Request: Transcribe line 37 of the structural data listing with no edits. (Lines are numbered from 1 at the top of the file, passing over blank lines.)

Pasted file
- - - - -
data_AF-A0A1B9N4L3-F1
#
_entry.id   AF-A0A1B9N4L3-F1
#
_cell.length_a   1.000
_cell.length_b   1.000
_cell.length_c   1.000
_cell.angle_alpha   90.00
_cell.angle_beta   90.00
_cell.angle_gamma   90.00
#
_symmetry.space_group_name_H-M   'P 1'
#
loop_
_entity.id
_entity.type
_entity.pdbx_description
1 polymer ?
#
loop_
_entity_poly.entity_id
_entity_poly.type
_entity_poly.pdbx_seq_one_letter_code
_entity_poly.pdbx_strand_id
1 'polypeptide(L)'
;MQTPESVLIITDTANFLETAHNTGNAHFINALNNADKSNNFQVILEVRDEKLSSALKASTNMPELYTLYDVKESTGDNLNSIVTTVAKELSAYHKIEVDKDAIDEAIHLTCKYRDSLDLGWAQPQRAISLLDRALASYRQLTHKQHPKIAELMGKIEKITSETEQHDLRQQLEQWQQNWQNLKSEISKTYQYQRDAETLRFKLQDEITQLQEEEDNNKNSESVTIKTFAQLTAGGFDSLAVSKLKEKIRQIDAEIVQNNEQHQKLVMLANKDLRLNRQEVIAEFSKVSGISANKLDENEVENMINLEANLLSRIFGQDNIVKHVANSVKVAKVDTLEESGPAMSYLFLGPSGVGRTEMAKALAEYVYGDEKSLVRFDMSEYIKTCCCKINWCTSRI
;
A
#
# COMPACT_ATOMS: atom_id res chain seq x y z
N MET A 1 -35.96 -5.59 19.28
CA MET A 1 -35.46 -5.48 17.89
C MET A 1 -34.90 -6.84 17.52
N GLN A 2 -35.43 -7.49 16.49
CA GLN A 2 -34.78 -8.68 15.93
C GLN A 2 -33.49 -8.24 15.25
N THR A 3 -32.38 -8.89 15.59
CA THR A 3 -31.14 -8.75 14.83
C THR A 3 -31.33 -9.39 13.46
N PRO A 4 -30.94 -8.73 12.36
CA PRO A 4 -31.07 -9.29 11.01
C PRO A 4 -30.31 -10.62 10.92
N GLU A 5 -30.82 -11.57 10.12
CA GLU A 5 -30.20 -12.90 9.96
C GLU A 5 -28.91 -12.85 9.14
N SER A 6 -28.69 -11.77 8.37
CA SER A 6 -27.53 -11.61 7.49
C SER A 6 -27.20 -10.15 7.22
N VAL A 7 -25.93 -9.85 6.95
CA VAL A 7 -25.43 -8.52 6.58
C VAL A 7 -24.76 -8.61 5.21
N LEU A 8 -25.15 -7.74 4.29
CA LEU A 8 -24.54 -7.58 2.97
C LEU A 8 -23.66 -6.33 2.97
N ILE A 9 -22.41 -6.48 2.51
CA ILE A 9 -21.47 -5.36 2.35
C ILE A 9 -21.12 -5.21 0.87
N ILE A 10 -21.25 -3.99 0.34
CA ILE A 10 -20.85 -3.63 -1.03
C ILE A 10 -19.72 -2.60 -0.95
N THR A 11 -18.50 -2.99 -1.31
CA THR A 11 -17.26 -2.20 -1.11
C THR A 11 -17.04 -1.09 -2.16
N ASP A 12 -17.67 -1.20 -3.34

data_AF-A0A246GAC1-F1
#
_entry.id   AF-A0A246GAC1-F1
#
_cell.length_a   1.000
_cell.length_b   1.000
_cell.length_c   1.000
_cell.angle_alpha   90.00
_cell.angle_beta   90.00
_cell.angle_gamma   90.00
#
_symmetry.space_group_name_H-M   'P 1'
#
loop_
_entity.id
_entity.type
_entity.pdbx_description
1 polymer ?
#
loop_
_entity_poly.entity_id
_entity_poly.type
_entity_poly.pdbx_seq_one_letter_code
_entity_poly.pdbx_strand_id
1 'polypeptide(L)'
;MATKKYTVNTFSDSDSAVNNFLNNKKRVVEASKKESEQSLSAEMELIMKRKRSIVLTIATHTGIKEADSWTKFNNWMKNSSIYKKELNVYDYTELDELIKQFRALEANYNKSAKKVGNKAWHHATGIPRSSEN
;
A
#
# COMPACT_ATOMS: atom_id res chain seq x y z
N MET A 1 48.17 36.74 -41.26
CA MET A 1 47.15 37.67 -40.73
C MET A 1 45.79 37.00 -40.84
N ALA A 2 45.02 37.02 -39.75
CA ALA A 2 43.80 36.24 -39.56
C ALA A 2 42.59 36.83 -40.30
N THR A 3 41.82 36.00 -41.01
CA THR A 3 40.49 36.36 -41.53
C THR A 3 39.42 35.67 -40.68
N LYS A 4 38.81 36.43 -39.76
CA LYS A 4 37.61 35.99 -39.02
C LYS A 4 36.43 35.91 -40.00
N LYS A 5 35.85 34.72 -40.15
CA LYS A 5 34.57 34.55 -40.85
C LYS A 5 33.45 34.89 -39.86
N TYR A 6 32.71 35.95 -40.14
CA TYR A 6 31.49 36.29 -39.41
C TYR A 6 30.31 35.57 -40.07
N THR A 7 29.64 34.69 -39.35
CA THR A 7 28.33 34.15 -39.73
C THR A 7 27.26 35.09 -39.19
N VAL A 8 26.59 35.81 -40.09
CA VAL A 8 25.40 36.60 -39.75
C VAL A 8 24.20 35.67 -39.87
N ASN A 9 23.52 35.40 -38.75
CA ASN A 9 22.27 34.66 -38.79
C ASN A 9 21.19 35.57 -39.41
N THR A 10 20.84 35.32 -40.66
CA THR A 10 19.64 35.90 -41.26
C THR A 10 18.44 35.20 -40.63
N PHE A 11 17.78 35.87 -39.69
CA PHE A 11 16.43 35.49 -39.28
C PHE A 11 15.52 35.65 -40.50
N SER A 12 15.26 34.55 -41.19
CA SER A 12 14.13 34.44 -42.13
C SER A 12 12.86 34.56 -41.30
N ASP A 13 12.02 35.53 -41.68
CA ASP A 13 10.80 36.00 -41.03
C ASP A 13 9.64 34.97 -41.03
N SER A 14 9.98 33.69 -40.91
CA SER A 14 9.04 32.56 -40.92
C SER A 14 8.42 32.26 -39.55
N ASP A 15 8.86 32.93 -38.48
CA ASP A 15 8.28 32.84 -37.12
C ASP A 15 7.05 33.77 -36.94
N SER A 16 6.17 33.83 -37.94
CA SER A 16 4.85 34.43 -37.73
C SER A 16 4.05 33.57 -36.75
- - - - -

N THR A 3 -32.38 -8.89 15.59